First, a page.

Many of the notification appliances in use are “constant power” loads. When input voltage is reduced, the current increases, and thus the current draw of a notification appliance at reduced voltage is higher than when at the normal operating voltage. The increase in current draw at lower voltages also results in greater line loss than when operating under normal conditions.
Prior to installation, voltage drop calculations are obtained for the alarm system. Calculating actual voltage drop for appliances is extremely difficult, especially for T-Tapped circuits. Therefore, T-Tapped circuits are limited to known distances and the circuit is considered as a single line during calculations. A lump sum calculation is done for each wiring run to calculate the worst-case voltage drop based on low-battery operation. This method often results in severely limiting wiring distance, which is undesirable.
Therefore, a need exists for an automated method for calculating the voltage drop of appliances and other devices installed on single and multi-branch circuits. Certain embodiments of the present invention are intended to meet these needs and other objectives that will become apparent from the description and drawings set forth below.
In one embodiment, a method for performing voltage drop calculations in an alarm circuit is provided. A circuit to be controlled is created and a first device is selected from a list of devices to add to the circuit. An estimated power supply of the first device is calculated using modified nodal analysis of the circuit, and the method determines whether the estimated power supply of the first device is sufficient power for the first device to operate.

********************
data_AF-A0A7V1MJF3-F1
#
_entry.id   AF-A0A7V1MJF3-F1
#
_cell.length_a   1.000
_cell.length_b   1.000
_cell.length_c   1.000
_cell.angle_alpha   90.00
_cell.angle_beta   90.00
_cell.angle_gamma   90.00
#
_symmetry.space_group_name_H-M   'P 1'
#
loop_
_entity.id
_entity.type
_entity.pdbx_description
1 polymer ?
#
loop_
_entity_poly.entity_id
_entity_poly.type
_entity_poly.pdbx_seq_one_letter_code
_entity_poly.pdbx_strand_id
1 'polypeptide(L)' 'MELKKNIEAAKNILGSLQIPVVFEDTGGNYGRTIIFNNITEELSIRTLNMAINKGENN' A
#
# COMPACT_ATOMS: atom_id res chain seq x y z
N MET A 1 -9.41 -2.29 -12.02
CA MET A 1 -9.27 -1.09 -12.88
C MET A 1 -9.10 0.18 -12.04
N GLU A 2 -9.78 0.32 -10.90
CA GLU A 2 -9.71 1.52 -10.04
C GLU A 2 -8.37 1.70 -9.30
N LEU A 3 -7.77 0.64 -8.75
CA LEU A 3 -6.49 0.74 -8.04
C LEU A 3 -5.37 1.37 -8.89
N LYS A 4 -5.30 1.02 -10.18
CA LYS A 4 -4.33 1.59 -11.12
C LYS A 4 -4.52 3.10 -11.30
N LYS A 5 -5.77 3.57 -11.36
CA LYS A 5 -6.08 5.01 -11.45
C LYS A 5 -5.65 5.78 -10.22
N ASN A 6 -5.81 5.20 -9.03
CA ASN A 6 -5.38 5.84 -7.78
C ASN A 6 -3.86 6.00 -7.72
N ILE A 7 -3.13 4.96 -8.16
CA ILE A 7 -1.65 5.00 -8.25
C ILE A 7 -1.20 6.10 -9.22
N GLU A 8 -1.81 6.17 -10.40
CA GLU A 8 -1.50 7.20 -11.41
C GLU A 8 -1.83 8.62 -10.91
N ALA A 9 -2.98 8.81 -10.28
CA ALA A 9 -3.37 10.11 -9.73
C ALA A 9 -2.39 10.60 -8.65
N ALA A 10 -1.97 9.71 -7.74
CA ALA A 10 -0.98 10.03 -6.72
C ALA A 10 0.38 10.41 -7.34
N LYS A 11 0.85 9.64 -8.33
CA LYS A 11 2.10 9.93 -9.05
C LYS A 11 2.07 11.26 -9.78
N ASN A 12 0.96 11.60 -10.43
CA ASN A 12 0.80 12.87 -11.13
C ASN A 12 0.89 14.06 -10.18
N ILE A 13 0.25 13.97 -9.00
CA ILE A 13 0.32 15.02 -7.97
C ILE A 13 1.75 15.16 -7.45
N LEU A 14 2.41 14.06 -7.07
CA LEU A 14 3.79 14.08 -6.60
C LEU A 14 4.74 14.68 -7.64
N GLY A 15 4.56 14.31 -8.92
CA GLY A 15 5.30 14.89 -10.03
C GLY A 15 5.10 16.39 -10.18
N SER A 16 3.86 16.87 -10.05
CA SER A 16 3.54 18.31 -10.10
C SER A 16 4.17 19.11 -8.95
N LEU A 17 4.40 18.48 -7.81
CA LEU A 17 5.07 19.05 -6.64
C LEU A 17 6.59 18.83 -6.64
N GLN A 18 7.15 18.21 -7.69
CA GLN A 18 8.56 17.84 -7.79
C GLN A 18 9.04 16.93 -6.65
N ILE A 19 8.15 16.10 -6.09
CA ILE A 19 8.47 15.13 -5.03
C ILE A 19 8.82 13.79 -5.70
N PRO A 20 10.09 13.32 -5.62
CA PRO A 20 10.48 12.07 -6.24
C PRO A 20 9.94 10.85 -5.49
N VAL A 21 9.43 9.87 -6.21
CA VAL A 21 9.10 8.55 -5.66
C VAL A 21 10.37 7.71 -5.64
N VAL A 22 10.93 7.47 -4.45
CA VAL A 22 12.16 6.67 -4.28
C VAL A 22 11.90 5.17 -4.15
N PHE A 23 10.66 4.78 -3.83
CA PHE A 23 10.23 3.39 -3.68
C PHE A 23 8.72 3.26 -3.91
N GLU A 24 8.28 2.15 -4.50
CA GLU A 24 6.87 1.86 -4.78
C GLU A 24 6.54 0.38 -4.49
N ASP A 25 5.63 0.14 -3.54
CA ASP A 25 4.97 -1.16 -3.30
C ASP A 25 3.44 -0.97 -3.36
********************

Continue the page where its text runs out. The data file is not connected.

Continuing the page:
In another embodiment, a graphical interface tool for calculating voltage drop in a circuit is provided. A circuit to be controlled is created and a controller is selected from a list of controllers displayed on a monitor. The controller controls the circuit and receives power from a power source. The controller has a worst-case voltage based on the power source. A first device is selected from a list of devices displayed on the monitor to add to the circuit and a first voltage of the first device is calculated based on the worst-case voltage.
In another embodiment, a computer readable medium or media comprises computer readable program instructions implementable in a computer system. The program instructions calculate a power supply of each device within a circuit. The program instructions comprise functions for creating a circuit to be controlled and for selecting a first device from a list of devices to add to the circuit. The program instructions further comprise functions for calculating an estimated power supply of the first device using modified nodal analysis of the circuit and functions for determining whether the estimated power supply of the first device is sufficient power for the first device to operate.